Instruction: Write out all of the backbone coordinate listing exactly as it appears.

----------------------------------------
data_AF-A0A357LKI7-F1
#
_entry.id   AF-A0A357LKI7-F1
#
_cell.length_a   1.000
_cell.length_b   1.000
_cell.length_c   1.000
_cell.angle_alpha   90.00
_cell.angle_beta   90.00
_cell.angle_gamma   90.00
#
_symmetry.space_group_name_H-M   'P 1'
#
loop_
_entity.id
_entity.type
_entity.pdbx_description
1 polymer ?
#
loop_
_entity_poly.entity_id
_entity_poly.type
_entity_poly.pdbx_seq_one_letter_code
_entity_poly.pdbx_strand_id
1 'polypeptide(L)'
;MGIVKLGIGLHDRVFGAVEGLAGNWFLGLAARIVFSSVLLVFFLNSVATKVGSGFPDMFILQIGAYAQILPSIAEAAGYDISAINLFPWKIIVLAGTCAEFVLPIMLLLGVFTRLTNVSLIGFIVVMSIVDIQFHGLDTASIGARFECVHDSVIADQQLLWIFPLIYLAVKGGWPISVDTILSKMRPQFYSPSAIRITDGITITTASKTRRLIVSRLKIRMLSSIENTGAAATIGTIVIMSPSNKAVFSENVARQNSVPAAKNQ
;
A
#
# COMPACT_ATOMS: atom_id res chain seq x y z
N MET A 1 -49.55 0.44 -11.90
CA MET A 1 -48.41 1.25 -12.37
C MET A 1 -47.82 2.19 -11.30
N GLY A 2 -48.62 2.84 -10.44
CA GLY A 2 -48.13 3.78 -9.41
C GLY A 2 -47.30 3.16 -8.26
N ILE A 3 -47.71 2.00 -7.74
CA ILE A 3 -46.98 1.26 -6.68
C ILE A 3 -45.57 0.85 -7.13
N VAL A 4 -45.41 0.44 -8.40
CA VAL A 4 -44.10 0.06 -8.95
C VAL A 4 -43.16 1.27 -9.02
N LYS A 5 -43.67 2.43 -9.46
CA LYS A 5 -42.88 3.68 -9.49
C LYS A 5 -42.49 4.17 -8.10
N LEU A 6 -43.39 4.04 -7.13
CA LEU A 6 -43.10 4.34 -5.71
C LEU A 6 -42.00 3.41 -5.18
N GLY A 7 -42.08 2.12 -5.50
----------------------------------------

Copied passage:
data_AF-A0A357LKI7-F1
#
_entry.id   AF-A0A357LKI7-F1
#
_cell.length_a   1.000
_cell.length_b   1.000
_cell.length_c   1.000
_cell.angle_alpha   90.00
_cell.angle_beta   90.00
_cell.angle_gamma   90.00
#
_symmetry.space_group_name_H-M   'P 1'
#
loop_
_entity.id
_entity.type
_entity.pdbx_description
1 polymer ?
#
loop_
_entity_poly.entity_id
_entity_poly.type
_entity_poly.pdbx_seq_one_letter_code
_entity_poly.pdbx_strand_id
1 'polypeptide(L)'
;MGIVKLGIGLHDRVFGAVEGLAGNWFLGLAARIVFSSVLLVFFLNSVATKVGSGFPDMFILQIGAYAQILPSIAEAAGYDISAINLFPWKIIVLAGTCAEFVLPIMLLLGVFTRLTNVSLIGFIVVMSIVDIQFHGLDTASIGARFECVHDSVIADQQLLWIFPLIYLAVKGGWPISVDTILSKMRPQFYSPSAIRITDGITITTASKTRRLIVSRLKIRMLSSIENTGAAATIGTIVIMSPSNKAVFSENVARQNSVPAAKNQ
;
A
#
# COMPACT_ATOMS: atom_id res chain seq x y z
N MET A 1 -49.55 0.44 -11.90
CA MET A 1 -48.41 1.25 -12.37
C MET A 1 -47.82 2.19 -11.30
N GLY A 2 -48.62 2.84 -10.44
CA GLY A 2 -48.13 3.78 -9.41
C GLY A 2 -47.30 3.16 -8.26
N ILE A 3 -47.71 2.00 -7.74
CA ILE A 3 -46.98 1.26 -6.68
C ILE A 3 -45.57 0.85 -7.13
N VAL A 4 -45.41 0.44 -8.40
CA VAL A 4 -44.10 0.06 -8.95
C VAL A 4 -43.16 1.27 -9.02
N LYS A 5 -43.67 2.43 -9.46
CA LYS A 5 -42.88 3.68 -9.49
C LYS A 5 -42.49 4.17 -8.10
N LEU A 6 -43.39 4.04 -7.13
CA LEU A 6 -43.10 4.34 -5.71
C LEU A 6 -42.00 3.41 -5.18
N GLY A 7 -42.08 2.12 -5.50